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REFERQUAL: a pilot study of a new service quality assessment instrument in the GP exercise referral scheme setting

BMC Health Services Research20066:61

  • Received: 23 September 2005
  • Accepted: 25 May 2006
  • Published:



The development of an instrument accurately assessing service quality in the GP Exercise Referral Scheme (ERS) industry could potentially inform scheme organisers of the factors that affect adherence rates leading to the implementation of strategic interventions aimed at reducing client drop-out.


A modified version of the SERVQUAL instrument was designed for use in the ERS setting and subsequently piloted amongst 27 ERS clients.


Test re-test correlations were calculated via Pearson's 'r' or Spearman's 'rho', depending on whether the variables were Normally Distributed, to show a significant (mean r = 0.957, SD = 0.02, p < 0.05; mean rho = 0.934, SD = 0.03, p < 0.05) relationship between all items within the questionnaire. In addition, satisfactory internal consistency was demonstrated via Cronbach's 'α'. Furthermore, clients responded favourably towards the usability, wording and applicability of the instrument's items.


REFERQUAL is considered to represent promise as a suitable tool for future evaluation of service quality within the ERS community. Future research should further assess the validity and reliability of this instrument through the use of a confirmatory factor analysis to scrutinise the proposed dimensional structure.


  • Service Quality
  • Exercise Referral Scheme
  • Service Quality Dimension
  • Exercise Professional
  • Quality Assurance Framework


Exercise Referral Schemes (ERSs) in the UK involve a recommendation from a clinician to a patient concerning the up-take of physical activity, based upon certain pre-determined criteria. The patient then attends a local exercise centre, where an advanced exercise instructor will create an appropriate individualised programme, usually designed to last around 12–15 weeks. The publication of 'Exercise Referral Systems: A National Quality Assurance Framework' [1] was, in part, aimed at improving standards among existing ERSs and aiding the development of new systems. However, many schemes both pre- and post-publication of this document suffered from and struggled with issues relating to poor levels of adherence [2, 3]. Client perceptions of excellent service quality are highlighted as being crucial to the process of attracting new members and retaining existing members in the leisure management industry [4], a theme not uncommon within other service industries [57]. The development of a tool to accurately assess service quality within the Exercise Referral setting, could, therefore, have a considerable impact on informing ERS co-ordinators of the factors that affect adherence and subsequent enable the establishment of strategic interventions to reduce the likelihood of client drop-out. The concept of service quality has been the subject of considerably lively academic debate for two decades, since being brought to the fore by Parasuraman, Zeithaml and Berry (PZB) [8, 9] in SERVQUAL [see Additional File 1], a multiple-item scale aimed at the measurement of service quality, structured around five dimensions:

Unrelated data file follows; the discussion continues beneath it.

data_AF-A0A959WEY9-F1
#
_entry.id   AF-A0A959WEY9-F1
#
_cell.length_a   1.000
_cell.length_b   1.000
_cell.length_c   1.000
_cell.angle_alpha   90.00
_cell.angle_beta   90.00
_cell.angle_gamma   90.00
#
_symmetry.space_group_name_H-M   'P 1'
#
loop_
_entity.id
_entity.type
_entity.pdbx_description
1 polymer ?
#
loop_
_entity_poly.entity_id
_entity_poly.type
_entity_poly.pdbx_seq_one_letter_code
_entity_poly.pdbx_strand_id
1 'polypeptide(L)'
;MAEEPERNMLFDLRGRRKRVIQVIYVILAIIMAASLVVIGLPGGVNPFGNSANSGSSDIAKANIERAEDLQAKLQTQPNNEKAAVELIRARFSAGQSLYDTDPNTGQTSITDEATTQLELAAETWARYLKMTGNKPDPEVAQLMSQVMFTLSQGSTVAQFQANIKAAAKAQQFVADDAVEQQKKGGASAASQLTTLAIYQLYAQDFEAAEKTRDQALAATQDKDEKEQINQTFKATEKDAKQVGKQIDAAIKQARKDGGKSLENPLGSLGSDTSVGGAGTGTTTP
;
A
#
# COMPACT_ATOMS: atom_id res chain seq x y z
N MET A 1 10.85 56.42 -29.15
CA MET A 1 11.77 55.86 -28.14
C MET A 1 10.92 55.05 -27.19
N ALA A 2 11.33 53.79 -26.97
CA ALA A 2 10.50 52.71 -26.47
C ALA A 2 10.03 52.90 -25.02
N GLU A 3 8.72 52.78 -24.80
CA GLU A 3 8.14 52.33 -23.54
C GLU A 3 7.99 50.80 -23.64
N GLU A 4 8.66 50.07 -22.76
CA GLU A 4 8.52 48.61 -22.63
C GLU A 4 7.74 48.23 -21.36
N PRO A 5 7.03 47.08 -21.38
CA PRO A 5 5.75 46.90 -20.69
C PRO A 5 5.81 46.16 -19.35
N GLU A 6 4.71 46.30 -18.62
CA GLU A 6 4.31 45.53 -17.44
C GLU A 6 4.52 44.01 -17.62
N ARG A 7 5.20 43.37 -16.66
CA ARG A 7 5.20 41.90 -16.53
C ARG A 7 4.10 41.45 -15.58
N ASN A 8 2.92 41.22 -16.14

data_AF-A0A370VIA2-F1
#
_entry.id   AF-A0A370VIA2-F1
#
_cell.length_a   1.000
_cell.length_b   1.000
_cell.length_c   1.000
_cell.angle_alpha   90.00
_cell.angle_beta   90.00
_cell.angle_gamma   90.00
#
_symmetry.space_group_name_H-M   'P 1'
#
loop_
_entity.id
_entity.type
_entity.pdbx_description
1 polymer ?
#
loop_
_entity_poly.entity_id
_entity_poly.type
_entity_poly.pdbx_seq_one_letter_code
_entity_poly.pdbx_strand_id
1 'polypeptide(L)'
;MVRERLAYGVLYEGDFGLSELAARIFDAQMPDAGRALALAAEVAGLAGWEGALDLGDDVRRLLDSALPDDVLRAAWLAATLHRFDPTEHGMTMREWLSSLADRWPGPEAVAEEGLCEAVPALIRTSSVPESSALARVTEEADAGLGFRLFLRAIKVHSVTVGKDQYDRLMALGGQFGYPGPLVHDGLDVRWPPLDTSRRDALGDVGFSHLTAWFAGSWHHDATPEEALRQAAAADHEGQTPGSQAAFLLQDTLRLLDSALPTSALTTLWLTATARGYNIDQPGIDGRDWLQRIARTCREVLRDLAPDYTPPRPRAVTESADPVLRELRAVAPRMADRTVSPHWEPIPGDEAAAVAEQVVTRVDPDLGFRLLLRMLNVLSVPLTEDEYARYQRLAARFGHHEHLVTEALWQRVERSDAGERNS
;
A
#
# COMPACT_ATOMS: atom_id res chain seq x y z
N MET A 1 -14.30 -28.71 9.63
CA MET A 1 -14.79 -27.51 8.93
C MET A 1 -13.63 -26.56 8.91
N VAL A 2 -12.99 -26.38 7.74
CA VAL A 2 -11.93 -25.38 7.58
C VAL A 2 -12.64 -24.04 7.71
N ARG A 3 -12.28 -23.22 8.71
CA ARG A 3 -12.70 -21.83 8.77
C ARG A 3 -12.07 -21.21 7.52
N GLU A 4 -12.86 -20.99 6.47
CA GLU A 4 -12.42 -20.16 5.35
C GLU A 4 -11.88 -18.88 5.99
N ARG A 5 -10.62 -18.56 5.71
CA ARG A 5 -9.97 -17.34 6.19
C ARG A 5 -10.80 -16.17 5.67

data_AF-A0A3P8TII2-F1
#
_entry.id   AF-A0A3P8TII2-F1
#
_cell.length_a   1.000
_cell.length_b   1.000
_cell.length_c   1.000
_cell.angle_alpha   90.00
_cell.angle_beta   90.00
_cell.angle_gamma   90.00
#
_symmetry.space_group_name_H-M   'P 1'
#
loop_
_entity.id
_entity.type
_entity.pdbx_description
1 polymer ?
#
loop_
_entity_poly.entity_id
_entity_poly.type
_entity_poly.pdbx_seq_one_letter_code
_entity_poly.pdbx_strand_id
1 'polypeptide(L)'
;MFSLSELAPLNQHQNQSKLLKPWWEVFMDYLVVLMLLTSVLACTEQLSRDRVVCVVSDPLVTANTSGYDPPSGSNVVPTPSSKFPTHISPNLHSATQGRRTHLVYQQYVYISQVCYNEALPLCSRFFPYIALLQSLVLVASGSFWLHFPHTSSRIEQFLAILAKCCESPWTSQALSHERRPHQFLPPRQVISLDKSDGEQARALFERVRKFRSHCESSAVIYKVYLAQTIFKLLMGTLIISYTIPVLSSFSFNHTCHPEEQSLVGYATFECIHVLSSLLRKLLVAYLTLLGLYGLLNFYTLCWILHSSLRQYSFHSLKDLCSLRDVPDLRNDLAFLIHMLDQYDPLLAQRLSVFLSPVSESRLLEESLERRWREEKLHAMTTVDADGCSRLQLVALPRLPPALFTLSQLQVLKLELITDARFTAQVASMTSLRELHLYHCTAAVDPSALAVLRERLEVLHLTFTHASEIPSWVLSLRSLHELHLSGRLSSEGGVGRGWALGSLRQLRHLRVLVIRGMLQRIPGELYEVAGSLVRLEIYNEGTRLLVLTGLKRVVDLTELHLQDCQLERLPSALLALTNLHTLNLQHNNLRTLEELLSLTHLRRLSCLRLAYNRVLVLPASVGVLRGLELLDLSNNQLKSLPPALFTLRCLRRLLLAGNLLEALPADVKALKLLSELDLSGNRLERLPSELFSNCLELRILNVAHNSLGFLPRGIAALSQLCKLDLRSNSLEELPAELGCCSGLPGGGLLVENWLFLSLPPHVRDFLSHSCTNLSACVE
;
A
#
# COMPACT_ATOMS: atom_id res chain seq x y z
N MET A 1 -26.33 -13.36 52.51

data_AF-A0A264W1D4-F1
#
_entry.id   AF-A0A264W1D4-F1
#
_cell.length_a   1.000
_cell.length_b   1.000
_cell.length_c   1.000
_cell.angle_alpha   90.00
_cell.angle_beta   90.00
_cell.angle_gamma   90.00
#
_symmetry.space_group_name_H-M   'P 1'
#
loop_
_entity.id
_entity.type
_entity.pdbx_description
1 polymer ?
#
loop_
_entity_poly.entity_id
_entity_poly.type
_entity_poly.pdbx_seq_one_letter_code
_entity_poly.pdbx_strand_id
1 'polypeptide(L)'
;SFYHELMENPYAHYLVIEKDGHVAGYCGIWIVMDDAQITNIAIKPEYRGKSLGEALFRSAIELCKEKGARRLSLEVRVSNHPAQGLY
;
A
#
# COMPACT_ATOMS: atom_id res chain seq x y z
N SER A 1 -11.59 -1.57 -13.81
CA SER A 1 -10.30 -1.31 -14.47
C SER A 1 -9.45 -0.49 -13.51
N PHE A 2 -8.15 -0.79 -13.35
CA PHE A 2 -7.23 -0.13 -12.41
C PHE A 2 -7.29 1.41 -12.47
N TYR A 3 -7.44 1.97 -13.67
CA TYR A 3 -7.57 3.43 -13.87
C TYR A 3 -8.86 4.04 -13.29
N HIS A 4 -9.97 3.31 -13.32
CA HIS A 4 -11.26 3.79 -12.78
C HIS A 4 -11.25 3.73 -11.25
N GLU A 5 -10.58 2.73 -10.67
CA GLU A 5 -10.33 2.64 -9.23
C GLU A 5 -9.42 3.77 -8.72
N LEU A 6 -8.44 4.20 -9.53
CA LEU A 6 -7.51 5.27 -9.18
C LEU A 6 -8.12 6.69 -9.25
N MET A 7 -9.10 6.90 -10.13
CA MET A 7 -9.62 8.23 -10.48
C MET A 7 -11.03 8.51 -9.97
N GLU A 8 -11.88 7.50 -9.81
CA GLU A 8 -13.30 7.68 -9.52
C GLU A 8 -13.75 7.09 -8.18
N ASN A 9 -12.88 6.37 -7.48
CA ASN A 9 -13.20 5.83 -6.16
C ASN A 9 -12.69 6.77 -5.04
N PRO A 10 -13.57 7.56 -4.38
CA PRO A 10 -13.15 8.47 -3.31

• Tangibles: Physical facilities, equipment, and appearance of personnel.

  • Reliability: Ability to perform the promised service dependably and accurately.

  • Responsiveness: Willingness to help customers and provide prompt service.

  • Assurance: Knowledge and courtesy of employees and their ability to inspire trust and confidence.

  • Empathy: Caring, individualised attention the firm provides its customers.


The SERVQUAL instrument comprises twenty two questions tailored to assess customers' expectation of service quality, followed by a further twenty two items designed to identify the clients' perception of the same issues. Each item is scored on a seven point Likert scale, thus allowing the equation Q = P - E to be calculated [9].

Since PZB's [9] publication, SERVQUAL has been the target of substantial scrutiny whilst also dominating service quality assessment [1015], being applied to numerous settings, including health [1620] but not to ERSs. A considerable part of the academic debate over the past two decades has discussed the conceptual accuracy of SERVQUAL's perception minus expectation equation and whether performance-only measures would be more appropriate [21, 22]. This discussion is beyond the scope of this paper; however, it should be noted that in settings such as ERSs, where the perceptions of the absent client are as valuable (and possibly even more valuable) as the life-long adherent, performance-only measures are of no use [21, 22]. Furthermore, Sureshchandar et al. [23] go as far as to say there is "universal conformity that the twenty two items [of SERVQUAL] are reasonably good predictors of service quality in its entirety" (p. 2).

Applying SERVQUAL in its pure form (i.e. without modification) to any service is widely criticised in the literature [14, 24]. However, tailoring the instrument to a specific setting by adding additional items or modifying existing questions to supplement knowledge and understanding, SERVQUAL can give a unique insight into the service quality [25]. PZB [8, 9] confirm adaptations to SERVQUAL are necessary if an accurate measure of service quality is to be established across a diverse range of industries.